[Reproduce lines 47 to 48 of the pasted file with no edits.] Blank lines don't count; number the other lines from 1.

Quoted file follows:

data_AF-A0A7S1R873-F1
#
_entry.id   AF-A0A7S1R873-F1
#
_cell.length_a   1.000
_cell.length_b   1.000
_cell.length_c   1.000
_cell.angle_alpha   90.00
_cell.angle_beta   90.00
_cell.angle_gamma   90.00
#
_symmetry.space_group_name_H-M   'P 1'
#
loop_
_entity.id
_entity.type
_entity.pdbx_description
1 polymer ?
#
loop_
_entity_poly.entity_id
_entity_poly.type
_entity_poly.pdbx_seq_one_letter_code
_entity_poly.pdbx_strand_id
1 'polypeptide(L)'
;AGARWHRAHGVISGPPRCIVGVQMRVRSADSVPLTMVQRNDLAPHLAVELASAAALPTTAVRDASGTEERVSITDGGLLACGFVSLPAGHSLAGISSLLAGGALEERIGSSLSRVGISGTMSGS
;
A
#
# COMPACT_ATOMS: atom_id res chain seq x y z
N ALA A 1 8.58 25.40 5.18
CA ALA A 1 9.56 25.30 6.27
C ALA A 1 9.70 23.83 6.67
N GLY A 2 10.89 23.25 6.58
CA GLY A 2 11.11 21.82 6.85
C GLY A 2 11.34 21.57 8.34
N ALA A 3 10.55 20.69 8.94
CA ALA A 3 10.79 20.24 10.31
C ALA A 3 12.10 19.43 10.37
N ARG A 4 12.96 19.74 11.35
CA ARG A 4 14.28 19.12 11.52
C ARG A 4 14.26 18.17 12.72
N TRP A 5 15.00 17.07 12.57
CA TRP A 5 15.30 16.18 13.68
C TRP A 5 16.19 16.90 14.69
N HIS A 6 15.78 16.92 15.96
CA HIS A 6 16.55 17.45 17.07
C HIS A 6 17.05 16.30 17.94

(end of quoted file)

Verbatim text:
CA HIS A 6 16.55 17.45 17.07
C HIS A 6 17.05 16.30 17.94